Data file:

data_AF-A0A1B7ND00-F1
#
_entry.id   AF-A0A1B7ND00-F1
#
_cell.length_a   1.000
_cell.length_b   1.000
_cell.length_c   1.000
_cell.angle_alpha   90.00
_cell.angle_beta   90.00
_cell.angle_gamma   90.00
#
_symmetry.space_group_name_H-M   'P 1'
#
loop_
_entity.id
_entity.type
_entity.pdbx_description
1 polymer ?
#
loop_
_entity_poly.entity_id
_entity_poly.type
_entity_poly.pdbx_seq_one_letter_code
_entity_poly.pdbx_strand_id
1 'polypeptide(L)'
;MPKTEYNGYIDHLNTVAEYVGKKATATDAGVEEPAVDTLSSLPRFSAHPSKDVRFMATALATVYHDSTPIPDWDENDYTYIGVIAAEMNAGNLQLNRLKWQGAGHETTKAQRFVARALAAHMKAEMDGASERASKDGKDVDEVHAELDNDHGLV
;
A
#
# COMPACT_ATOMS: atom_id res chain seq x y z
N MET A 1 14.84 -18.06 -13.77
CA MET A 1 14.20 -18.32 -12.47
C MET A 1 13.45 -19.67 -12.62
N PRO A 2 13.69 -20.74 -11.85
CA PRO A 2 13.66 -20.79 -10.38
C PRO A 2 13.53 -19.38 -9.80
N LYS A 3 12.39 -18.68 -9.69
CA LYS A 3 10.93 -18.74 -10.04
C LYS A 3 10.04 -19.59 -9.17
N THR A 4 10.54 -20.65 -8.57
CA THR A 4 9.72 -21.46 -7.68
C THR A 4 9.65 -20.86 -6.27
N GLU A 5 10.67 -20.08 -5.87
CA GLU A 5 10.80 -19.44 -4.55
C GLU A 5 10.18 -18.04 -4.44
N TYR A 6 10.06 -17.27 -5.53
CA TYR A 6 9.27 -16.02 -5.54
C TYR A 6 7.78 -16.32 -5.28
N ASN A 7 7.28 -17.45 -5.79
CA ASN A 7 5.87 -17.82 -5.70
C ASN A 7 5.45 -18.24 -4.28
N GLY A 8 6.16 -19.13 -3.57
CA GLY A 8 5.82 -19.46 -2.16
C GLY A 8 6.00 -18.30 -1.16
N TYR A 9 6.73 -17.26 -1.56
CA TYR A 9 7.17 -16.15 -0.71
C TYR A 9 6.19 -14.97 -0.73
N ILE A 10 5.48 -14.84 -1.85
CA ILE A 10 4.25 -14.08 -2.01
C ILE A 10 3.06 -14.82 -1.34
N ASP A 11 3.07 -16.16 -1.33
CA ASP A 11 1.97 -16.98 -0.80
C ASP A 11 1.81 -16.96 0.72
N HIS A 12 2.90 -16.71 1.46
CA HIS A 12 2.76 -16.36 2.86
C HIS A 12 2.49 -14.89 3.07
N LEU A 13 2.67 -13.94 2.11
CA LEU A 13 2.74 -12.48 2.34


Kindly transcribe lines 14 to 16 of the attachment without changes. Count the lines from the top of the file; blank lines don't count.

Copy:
loop_
_entity.id
_entity.type